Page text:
Sunday, August 15, 2010

DTN News: South Korea, US To Kick Off Annual War Games

Defense News: DTN News: South Korea, US To Kick Off Annual War Games
Source: DTN News - - This article compiled by Roger Smith from reliable sources including The Korea Times By Jung Sung-ki
(NSI News Source Info) SEOUL, South Korea - August 15, 2010: The militaries of South Korea and the United States will start their annual Ulchi Freedom Guardian (UFG) exercise Aug. 16 amid growing tension on the Korean Peninsula over North Korea’s continued provocations.
The computerized simulation war games, which will run through Aug. 26, follow South Korea’s independent anti-submarine drills in the West Sea held from July 29 to Aug. 2.
Last month, South Korean and U.S. troops conducted massive air and naval readiness exercises in the East Sea in which a U.S. nuclear-powered aircraft carrier participated.
“UFG ’10, like all other major CFC exercises, is designed to improve the alliance’s ability to deter aggression and if deterrence fails, fight tonight and prevail in the ROK,” the ROK-U.S. Combined Forces Command (CFC) said in a statement. “These exercises are designed to help teach, coach, and mentor service members on staff and leadership decision-making processes.”
This year’s UFG was supposed to be a South Korean-led exercise ahead of the previously planned transfer of wartime operational control from the United States to South Korea in 2012. With the postponement of the timeline to 2015 the exercise will be led by American commanders to ensure that the allied troops are prepared to respond to threats across the spectrum of conflict, including North Korean provocations.
“UFG ’10 is the first exercise since President Lee (Myung-bak) and President Obama announced the decision to delay the transition of wartime operational control until late 2015,” CFC Commander Gen. Walter Sharp said in the Aug. 2 “Sharp Point” posted on CFC’s official Website.
“UFG ’10 represents an excellent opportunity to develop the tenets of our Strategic Alliance 2015 Plans as we improve ROK/U.S. combat readiness and joint/combined interoperability,” said Sharp, who concurrently heads the U.S. Forces Korea (USFK) and the United Nations Command (UNC).
He continued, “Like our combined exercises in the past, Ulchi Freedom Guardian affords the combined team an opportunity to continue to develop organizational structures and collaborate on command and control relationship between our militaries and our governments.”
The scope of the UFG exercise extends well beyond the peninsula and takes a whole-of-government approach.All of the alliance’s major commands participate, augmented by approximately 3,000 U.S. personnel from the U.S. mainland and U.S. bases in the Pacific region. They join over 500,000 South Korean military and government participants, 27,000 U.S. Joint Forces, and multinational representatives from the UNC.
The forces are connected by communications and computer simulation networks that span from locations in South Korea to Washington, D.C. and U.S. military headquarters around the world.
*This article is being posted from Toronto, Canada By DTN News ~ Defense-Technology News,

DTN News: Israel To Buy World's Most Advanced Warplane

Defense News: DTN News: Israel To Buy World's Most Advanced Warplane
Source: DTN News / AFP
(NSI News Source Info) JERUSALEM, Israel - August 15, 2010: Israel's Defence Minister Ehud Barak on Sunday approved the purchase of a fleet of US-built F-35 strike fighters in a move set to ramp up the capabilities of the Israeli Air Force.
The minister "approved in principle" a recommendation by the military to purchase the F-35 or Joint Strike Fighter (JSF), a statement from his office said.
Israel is initially expected to buy 20 of the aircraft in a deal worth an estimated 2.75 billion dollars, the top-selling Yediot Aharonot daily said in several reports published last week.
Should the deal be approved by the security cabinet, it will be the most expensive weapons deal ever signed by the Jewish state, it said.
"The F-35 is the fighter plane of the future which will give the air force better short-range and long-range capabilities which will help state security," Barak said in the statement.
Delivery of the first F-35s, which are still not yet operational, is expected only in 2015, the paper said.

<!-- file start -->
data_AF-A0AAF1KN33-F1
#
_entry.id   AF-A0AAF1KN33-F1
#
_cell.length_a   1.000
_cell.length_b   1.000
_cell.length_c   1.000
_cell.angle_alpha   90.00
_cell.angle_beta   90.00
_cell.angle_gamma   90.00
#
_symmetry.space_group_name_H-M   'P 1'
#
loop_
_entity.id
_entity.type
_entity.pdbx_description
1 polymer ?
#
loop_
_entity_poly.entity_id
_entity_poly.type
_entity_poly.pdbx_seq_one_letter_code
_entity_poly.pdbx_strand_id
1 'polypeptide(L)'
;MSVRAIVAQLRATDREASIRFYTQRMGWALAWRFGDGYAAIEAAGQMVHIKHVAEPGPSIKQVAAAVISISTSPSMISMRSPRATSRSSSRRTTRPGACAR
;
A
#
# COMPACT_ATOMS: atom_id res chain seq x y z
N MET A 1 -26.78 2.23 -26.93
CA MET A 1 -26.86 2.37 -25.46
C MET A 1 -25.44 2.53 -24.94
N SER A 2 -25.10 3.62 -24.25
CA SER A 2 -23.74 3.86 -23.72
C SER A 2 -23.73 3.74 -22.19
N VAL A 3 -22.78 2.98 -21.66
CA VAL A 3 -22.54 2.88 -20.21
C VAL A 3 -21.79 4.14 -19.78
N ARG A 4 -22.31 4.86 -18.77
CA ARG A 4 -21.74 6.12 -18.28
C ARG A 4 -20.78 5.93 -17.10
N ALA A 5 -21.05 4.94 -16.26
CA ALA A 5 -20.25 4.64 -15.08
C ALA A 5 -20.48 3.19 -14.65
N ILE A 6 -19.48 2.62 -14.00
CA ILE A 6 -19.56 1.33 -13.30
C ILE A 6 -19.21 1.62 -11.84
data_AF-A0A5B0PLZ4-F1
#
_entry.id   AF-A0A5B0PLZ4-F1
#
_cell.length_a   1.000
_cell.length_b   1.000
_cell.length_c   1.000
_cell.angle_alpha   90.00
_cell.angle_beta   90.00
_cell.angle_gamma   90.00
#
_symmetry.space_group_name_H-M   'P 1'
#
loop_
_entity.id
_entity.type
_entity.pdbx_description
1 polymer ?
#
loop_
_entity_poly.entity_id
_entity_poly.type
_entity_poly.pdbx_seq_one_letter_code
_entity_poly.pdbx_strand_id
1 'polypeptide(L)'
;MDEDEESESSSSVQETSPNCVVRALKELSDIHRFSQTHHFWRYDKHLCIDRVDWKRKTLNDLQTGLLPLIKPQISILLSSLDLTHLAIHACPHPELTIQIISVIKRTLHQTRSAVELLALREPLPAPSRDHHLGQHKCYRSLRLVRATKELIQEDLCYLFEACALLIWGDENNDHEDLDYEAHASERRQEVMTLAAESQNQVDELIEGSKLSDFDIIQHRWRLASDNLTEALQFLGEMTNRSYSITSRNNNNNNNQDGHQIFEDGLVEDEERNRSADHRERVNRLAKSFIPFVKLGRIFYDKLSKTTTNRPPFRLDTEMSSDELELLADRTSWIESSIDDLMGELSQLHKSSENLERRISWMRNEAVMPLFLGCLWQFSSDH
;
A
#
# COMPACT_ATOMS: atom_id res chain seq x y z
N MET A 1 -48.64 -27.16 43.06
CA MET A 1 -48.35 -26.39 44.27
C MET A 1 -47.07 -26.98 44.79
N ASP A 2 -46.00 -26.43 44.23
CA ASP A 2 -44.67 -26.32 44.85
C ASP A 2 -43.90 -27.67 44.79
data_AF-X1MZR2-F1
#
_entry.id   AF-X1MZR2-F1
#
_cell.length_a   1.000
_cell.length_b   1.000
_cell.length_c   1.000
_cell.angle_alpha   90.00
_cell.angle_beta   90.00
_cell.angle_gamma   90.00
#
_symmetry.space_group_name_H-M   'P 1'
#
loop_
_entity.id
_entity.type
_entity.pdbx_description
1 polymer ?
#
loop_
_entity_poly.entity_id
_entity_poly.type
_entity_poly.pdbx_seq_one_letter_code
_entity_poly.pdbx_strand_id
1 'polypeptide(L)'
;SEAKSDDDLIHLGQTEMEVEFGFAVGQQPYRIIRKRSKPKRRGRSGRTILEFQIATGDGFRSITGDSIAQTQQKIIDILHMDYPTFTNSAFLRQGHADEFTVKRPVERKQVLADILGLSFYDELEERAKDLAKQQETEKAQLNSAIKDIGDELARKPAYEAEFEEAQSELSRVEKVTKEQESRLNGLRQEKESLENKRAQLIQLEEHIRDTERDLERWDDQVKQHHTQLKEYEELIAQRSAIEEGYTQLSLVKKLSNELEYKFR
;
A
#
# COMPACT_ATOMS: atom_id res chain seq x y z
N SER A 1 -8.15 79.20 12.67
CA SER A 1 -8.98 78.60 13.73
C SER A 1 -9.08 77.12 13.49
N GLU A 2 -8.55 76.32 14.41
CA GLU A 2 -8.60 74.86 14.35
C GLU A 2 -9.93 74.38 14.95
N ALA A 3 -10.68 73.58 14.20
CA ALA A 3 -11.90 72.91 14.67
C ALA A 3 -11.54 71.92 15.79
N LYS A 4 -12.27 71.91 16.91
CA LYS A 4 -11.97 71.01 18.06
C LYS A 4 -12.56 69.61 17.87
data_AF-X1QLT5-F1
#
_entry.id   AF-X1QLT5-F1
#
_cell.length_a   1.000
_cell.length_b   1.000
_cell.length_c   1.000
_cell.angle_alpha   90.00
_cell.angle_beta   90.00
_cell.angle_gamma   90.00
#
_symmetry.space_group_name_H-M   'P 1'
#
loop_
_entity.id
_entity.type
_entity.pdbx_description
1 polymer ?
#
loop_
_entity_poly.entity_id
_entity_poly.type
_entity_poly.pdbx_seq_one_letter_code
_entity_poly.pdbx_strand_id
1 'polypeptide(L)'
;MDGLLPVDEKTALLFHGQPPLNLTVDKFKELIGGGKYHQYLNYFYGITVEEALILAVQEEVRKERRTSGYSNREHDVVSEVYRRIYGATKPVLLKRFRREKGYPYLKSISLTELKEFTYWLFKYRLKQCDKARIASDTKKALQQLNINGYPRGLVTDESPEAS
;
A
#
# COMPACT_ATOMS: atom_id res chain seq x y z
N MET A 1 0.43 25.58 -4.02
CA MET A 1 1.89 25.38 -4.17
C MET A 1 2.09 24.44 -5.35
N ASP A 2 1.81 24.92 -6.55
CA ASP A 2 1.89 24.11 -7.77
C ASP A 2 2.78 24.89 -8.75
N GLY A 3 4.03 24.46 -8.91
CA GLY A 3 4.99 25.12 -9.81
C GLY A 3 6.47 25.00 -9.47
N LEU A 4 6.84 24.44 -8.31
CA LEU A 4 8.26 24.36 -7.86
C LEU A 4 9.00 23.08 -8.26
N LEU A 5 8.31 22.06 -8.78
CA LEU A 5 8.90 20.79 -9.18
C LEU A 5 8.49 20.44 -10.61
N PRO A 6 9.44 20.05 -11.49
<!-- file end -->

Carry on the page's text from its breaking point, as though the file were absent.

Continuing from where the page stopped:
The price includes the cost of setting up a logistical infrastructure in Israel to allow local firms to assemble the fighter plane and manufacture spare parts for it.
Udi Shani, defence ministry director general, said a key element of the deal was an agreement which would allow Israeli industries to get involved in the assembly of the plane and the manufacture of spares.
"The considerations for approving the deal were not just about the operational abilities of the plane but the agreements for involving Israeli industries in the assembly of the plane," the ministry quoted him as saying.
Acquisition of the F-35, which is made by US aerospace and defence giant Lockheed Martin, will give Israel access to stealth technology that will provide it with air superiority over enemy anti-aircraft defences.


DTN News: British Army To Use 'Dirty Harry' Bullet Against The Taliban

Defense News: DTN News: British Army To Use 'Dirty Harry' Bullet Against The Taliban
Source: DTN News - - This article compiled by Roger Smith from reliable sources including By Christopher Leake
(NSI News Source Info) TORONTO, Canada - August 15, 2010: British troops are to be issued with a new 'super-bullet' to fight the Taliban as their current ammunition does not have the punch to kill the enemy at long range.

The high-performance round will be fired from standard-issue SA80 assault rifles. Nicknamed the 'Dirty Harry round' after the powerful bullets used by Clint Eastwood in the 1971 movie, it is expected to be on the front line in Afghanistan by 2011.

Its development by UK defence firms BAE Systems and QinetiQ follows Army concern in Helmand Province, Afghanistan, last year that the standard 5.56mm SA80 round was failing to hit its target at distances of more than 400 yards.

British troops are to be issued with a new 'super-bullet' to fight the Taliban as their current ammunition does not have the punch to kill the enemy at long range

British troops are to be issued with a new 'super-bullet' to fight the Taliban as their current ammunition does not have the punch to kill the enemy at long range

The Taliban use more powerful rounds in Russian-designed AK-47 rifles to hit British forces at a range of 600 yards. Now the British troops' new round will even up the odds.

The new bullet gives greater range and force against human targets and light vehicles. Because it is the same calibre as the standard bullet, the SA80 rifle will not need modification.

Military sources say initial trials have been successful. Pending formal approval, the MoD is expected to order up to one million rounds.

A senior Royal Marines officer just back from Afghanistan said the new bullet would be welcomed on the front line.

He said: 'It will give our infantry soldiers an edge which at present we are lacking.' An MoD spokeswoman said: 'We work closely with industry to ensure equipment is continuously improved.'